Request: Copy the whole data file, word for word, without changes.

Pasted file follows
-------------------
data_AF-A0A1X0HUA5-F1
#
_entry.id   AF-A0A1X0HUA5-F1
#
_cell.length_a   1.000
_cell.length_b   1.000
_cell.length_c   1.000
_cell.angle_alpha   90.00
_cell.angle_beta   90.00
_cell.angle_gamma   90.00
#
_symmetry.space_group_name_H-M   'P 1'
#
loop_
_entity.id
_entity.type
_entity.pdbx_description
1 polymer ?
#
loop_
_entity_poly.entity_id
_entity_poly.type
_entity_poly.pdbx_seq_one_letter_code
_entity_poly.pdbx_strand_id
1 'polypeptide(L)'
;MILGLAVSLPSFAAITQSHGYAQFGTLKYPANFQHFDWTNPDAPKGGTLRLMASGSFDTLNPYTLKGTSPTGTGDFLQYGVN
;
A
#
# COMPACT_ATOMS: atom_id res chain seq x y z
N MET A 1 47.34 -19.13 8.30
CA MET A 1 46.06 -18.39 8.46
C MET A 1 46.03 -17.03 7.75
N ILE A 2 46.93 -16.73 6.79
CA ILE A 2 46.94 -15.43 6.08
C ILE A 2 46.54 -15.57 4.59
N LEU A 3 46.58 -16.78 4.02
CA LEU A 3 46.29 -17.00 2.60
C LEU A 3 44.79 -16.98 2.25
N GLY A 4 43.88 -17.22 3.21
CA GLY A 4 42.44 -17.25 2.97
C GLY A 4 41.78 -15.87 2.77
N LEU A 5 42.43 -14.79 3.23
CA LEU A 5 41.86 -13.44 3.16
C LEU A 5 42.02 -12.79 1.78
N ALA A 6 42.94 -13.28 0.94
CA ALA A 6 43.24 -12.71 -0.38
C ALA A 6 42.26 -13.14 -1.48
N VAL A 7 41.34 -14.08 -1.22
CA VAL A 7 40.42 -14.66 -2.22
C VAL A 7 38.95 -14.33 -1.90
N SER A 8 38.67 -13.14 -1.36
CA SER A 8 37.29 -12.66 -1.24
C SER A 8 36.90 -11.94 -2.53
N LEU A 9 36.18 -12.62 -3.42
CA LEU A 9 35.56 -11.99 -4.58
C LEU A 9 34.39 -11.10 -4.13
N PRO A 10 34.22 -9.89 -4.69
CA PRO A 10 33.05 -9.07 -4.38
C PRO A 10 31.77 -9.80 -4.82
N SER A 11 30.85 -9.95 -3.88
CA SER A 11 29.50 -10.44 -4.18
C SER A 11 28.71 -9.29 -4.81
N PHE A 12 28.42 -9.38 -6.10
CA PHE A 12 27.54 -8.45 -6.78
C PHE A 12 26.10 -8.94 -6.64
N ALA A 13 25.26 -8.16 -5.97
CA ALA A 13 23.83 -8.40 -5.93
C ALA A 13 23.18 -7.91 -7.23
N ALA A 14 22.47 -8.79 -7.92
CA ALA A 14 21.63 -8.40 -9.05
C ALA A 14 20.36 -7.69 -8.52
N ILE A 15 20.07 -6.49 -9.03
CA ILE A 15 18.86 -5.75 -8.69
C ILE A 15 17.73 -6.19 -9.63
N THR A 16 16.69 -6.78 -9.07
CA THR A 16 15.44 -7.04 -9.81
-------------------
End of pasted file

data_AF-A0A1X0HUA5-F1
#
_entry.id   AF-A0A1X0HUA5-F1
#
_cell.length_a   1.000
_cell.length_b   1.000
_cell.length_c   1.000
_cell.angle_alpha   90.00
_cell.angle_beta   90.00
_cell.angle_gamma   90.00
#
_symmetry.space_group_name_H-M   'P 1'
#
loop_
_entity.id
_entity.type
_entity.pdbx_description
1 polymer ?
#
loop_
_entity_poly.entity_id
_entity_poly.type
_entity_poly.pdbx_seq_one_letter_code
_entity_poly.pdbx_strand_id
1 'polypeptide(L)'
;MILGLAVSLPSFAAITQSHGYAQFGTLKYPANFQHFDWTNPDAPKGGTLRLMASGSFDTLNPYTLKGTSPTGTGDFLQYGVN
;
A
#
# COMPACT_ATOMS: atom_id res chain seq x y z
N MET A 1 47.34 -19.13 8.30
CA MET A 1 46.06 -18.39 8.46
C MET A 1 46.03 -17.03 7.75
N ILE A 2 46.93 -16.73 6.79
CA ILE A 2 46.94 -15.43 6.08
C ILE A 2 46.54 -15.57 4.59
N LEU A 3 46.58 -16.78 4.02
CA LEU A 3 46.29 -17.00 2.60
C LEU A 3 44.79 -16.98 2.25
N GLY A 4 43.88 -17.22 3.21
CA GLY A 4 42.44 -17.25 2.97
C GLY A 4 41.78 -15.87 2.77
N LEU A 5 42.43 -14.79 3.23
CA LEU A 5 41.86 -13.44 3.16
C LEU A 5 42.02 -12.79 1.78
N ALA A 6 42.94 -13.28 0.94
CA ALA A 6 43.24 -12.71 -0.38
C ALA A 6 42.26 -13.14 -1.48
N VAL A 7 41.34 -14.08 -1.22
CA VAL A 7 40.42 -14.66 -2.22
C VAL A 7 38.95 -14.33 -1.90
N SER A 8 38.67 -13.14 -1.36
CA SER A 8 37.29 -12.66 -1.24
C SER A 8 36.90 -11.94 -2.53
N LEU A 9 36.18 -12.62 -3.42
CA LEU A 9 35.56 -11.99 -4.58
C LEU A 9 34.39 -11.10 -4.13
N PRO A 10 34.22 -9.89 -4.69
CA PRO A 10 33.05 -9.07 -4.38
C PRO A 10 31.77 -9.80 -4.82
N SER A 11 30.85 -9.95 -3.88
CA SER A 11 29.50 -10.44 -4.18
C SER A 11 28.71 -9.29 -4.81
N PHE A 12 28.42 -9.38 -6.10
CA PHE A 12 27.54 -8.45 -6.78
C PHE A 12 26.10 -8.94 -6.64
N ALA A 13 25.26 -8.16 -5.97
CA ALA A 13 23.83 -8.40 -5.93
C ALA A 13 23.18 -7.91 -7.23
N ALA A 14 22.47 -8.79 -7.92
CA ALA A 14 21.63 -8.40 -9.05
C ALA A 14 20.36 -7.69 -8.52
N ILE A 15 20.07 -6.49 -9.03
CA ILE A 15 18.86 -5.75 -8.69
C ILE A 15 17.73 -6.19 -9.63
N THR A 16 16.69 -6.78 -9.07
CA THR A 16 15.44 -7.04 -9.81